Interview 25

Age at interview: 66
Age at diagnosis: 64
Brief Outline: Diagnosed with colorectal cancer and secondary cancer of the liver 1999, recieved chemotherapy treatment.

More about me...


Describes the frustration of not being able to do all the things she would like to.

I've got a lovely garden and lovely birds outside and I mean actually when I left the hospice when I was really ill they bought me a bird table and a um, a bird bath and we get the most beautiful birds, but I'm sick to death of those birds! I like people, I like life, I like being with people, I like doing things.

And I've had books to read and I have tried doing decoupage and all sorts of different things but it's not me. I'm the one that gets up and does things and this is what I resent because I can't do it.

When we were younger we hadn't got much money, we couldn't afford to go on lovely holidays or anything. We've worked hard and now we've retired we can afford to do things, also I, I always used to suffer with claustrophobia and never had enough courage to go on aeroplanes. And I'd just got that courage and I'd just started to go abroad and do things and see things and I just hate the fact that I, that's all stopped.

I know you shouldn't be too bitter and angry and I know there are an awful lot of people who are far worse off than me and I know I've, I have been abroad sometimes, I have seen things and I have seen my children grow up and, but I don't feel ready to stop living yet. Mind you I'm determined that I'm jolly well not going to if I can help it!

Describes her strategies for dealing with the side effects of her chemotherapy.

I never go to bed if I feel tired. I lay on the settee I mean I've known people who get undressed and go and have a sleep in bed, well that's making yourself an invalid and I don't like that.

As I say I try to sleep in the car so that I'm not wasting valuable living time.

But when I got to a point once that my mouth was so bad I used to liquidise mangos and bananas and lychees and melon because I found they really helped, they were, its funny you couldn't taste strong things but I could taste a bit of melon.

And I've always made casseroles and things that, if I can't swallow and chew too much I liquidise all the casserole so at least I've got all the nourishment because I do try to keep myself eating properly and keep myself strong and healthy in that way.

I mean I used to try and walk round the garden once, and then it was to walk around it twice and not to just sit down and feel sorry. I mean I used to feel so pleased when I eventually could do the ironing again and when I could do the cooking, and when I could walk round the supermarket and just do ordinary things.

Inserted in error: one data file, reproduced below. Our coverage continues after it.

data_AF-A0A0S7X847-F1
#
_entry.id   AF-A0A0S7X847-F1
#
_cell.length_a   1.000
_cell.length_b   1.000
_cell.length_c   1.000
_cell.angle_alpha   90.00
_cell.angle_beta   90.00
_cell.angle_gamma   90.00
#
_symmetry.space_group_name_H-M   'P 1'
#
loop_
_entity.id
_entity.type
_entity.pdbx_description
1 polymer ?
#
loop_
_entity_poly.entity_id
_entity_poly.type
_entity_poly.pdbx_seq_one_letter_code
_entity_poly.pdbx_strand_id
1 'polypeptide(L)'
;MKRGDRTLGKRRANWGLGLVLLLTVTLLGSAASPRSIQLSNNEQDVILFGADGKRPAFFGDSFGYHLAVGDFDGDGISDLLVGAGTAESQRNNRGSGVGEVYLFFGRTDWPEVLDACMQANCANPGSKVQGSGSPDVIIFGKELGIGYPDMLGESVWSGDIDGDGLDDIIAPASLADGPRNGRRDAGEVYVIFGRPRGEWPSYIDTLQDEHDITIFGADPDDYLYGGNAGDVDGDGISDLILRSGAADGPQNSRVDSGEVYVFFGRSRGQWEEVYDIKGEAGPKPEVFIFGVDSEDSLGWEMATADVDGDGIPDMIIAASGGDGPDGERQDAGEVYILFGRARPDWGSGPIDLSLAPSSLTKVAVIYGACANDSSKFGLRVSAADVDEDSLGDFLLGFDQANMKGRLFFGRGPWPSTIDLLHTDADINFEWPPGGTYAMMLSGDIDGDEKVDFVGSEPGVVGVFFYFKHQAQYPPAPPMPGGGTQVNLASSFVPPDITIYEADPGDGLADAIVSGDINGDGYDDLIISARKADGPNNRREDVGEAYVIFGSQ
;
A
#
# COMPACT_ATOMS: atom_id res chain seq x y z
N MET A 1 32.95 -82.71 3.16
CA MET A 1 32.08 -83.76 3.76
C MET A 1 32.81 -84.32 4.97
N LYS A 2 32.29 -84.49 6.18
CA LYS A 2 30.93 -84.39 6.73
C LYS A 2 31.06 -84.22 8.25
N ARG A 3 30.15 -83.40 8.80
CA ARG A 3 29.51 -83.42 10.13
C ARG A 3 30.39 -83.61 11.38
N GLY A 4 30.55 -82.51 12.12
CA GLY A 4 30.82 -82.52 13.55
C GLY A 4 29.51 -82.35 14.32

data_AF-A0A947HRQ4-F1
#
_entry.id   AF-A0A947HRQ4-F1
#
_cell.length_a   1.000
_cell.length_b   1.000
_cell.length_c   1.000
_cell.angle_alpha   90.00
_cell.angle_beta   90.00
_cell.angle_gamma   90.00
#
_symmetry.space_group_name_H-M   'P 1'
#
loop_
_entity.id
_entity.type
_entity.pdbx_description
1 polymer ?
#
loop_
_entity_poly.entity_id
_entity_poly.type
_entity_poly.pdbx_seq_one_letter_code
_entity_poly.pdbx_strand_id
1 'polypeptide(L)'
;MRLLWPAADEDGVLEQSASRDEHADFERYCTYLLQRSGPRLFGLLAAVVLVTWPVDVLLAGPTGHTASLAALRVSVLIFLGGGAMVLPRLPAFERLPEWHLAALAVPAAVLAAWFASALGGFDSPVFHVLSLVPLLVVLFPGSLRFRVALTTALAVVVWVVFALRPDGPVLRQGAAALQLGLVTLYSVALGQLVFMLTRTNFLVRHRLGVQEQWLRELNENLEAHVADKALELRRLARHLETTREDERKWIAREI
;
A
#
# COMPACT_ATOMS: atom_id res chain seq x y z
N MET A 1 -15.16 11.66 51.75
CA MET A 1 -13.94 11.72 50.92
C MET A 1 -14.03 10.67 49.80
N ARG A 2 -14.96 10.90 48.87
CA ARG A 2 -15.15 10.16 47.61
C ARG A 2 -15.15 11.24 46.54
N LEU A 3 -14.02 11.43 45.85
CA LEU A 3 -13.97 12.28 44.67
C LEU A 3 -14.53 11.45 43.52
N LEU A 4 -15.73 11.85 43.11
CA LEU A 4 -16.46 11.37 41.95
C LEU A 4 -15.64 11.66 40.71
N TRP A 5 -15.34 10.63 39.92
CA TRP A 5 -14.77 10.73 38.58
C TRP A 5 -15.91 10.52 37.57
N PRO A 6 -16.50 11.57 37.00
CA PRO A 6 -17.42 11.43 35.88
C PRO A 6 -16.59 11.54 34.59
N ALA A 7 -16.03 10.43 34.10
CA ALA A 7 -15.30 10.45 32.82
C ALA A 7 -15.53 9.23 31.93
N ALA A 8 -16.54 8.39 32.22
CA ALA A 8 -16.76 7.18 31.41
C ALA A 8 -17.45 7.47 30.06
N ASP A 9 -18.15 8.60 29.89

I know it's an effort and I don't want to waste too much time, good living time just working but it's still being normal and so in, in those ways you know, it helps.

Despite her scepticism about it she has found visiting a healer helpful.

Now I'm a very down to earth, very sceptical person but I thought well I had asked so I would go and try it. And I went and I can't explain what happens to me when I go.

She has never professed to be able to cure me, she says that perhaps she can help my immune system and she can give me a little bit more energy. Um, and it's, she's a very devout believer in these powers that she's got.

And I laid there and she said think of beautiful colours. Now if you normally just lie and shut your eyes you can try hard and imagine colours but you don't get a lot of really vivid colours, I've never been able to do it otherwise.

But I did get these lovely colours. I've looked to see if she was burning anything that would influence me or anything at all. There was nothing, and when she put her hands just over me it was like an electric fire.

And, but then, sometimes when my feet have been bad she gets to my feet and her, and it's cold. Now I've touched her hands, they're neither hot nor cold um, and it's just something I can't explain.

Now the specialist I went to I did tell him about it and he said "Well continue," he said "Because something's helping you." And he said "We can't prove anything we just don't know."